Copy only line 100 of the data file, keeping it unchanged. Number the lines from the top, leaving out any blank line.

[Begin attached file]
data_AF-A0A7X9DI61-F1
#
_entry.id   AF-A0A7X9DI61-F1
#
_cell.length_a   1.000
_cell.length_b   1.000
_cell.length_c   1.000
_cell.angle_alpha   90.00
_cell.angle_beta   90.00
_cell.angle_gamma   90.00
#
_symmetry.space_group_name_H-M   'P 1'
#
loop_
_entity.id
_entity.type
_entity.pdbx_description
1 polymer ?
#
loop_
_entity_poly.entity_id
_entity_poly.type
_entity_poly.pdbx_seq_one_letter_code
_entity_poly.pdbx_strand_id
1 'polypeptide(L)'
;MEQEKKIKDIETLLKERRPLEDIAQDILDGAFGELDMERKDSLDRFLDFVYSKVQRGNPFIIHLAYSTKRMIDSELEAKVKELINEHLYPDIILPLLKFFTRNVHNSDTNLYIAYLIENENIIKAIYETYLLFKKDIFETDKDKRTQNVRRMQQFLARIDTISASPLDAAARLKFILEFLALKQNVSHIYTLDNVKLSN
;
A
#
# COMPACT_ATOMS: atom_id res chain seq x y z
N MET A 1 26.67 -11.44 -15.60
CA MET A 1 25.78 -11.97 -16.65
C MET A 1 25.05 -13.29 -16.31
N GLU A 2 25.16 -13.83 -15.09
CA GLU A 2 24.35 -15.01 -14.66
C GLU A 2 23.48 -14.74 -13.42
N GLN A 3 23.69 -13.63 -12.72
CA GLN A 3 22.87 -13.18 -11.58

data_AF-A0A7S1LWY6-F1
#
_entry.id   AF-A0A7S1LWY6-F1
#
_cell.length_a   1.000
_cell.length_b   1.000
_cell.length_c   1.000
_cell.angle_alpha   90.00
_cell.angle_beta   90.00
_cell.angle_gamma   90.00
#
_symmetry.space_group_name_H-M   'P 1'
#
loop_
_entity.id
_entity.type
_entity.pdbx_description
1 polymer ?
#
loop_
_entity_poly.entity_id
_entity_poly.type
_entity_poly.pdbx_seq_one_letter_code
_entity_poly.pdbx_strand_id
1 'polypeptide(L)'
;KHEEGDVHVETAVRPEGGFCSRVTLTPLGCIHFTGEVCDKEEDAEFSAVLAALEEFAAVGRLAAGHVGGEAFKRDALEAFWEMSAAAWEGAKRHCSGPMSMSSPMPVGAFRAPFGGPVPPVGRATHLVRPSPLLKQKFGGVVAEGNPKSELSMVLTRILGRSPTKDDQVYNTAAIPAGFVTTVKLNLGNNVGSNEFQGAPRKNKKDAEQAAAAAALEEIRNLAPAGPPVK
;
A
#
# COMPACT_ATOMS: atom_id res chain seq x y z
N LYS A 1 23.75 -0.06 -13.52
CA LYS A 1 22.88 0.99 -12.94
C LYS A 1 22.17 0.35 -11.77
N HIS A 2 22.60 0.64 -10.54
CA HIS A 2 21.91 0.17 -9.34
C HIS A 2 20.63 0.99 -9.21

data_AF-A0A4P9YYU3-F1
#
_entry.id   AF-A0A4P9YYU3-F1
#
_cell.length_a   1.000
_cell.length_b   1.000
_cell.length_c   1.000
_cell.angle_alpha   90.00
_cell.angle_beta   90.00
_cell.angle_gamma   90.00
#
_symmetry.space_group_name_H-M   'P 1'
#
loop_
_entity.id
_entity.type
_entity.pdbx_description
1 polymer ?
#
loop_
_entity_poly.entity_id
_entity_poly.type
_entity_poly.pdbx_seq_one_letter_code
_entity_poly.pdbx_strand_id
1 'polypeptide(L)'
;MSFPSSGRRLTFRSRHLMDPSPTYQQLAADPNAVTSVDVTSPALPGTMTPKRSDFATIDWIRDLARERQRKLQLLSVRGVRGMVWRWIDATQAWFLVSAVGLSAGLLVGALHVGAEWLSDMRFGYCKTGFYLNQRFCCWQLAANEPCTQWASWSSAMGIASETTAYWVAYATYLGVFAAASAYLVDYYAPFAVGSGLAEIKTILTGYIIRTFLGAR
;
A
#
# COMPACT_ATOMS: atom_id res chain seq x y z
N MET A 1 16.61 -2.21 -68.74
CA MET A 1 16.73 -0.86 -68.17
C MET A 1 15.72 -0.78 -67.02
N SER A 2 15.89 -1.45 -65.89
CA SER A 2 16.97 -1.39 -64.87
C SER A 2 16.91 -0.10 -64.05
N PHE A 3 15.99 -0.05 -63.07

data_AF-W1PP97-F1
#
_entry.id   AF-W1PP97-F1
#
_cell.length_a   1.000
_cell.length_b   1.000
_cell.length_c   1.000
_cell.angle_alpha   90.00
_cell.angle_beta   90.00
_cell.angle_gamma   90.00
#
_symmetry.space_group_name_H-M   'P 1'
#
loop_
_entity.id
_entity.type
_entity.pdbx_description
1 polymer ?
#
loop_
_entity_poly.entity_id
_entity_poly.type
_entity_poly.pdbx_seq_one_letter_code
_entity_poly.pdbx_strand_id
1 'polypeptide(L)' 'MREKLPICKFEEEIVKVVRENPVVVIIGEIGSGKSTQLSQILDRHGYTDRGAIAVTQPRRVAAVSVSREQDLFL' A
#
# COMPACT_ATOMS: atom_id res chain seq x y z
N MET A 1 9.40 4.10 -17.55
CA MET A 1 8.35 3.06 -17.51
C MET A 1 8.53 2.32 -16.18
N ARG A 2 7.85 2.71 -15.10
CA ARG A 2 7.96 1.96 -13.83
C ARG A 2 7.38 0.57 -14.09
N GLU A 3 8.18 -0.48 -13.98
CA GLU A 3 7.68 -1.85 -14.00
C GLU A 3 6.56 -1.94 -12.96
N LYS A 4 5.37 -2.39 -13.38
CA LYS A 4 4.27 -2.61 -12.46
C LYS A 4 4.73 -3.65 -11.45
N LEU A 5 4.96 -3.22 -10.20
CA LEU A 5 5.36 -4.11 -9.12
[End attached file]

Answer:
;MSFPSSGRRLTFRSRHLMDPSPTYQQLAADPNAVTSVDVTSPALPGTMTPKRSDFATIDWIRDLARERQRKLQLLSVRGVRGMVWRWIDATQAWFLVSAVGLSAGLLVGALHVGAEWLSDMRFGYCKTGFYLNQRFCCWQLAANEPCTQWASWSSAMGIASETTAYWVAYATYLGVFAAASAYLVDYYAPFAVGSGLAEIKTILTGYIIRTFLGAR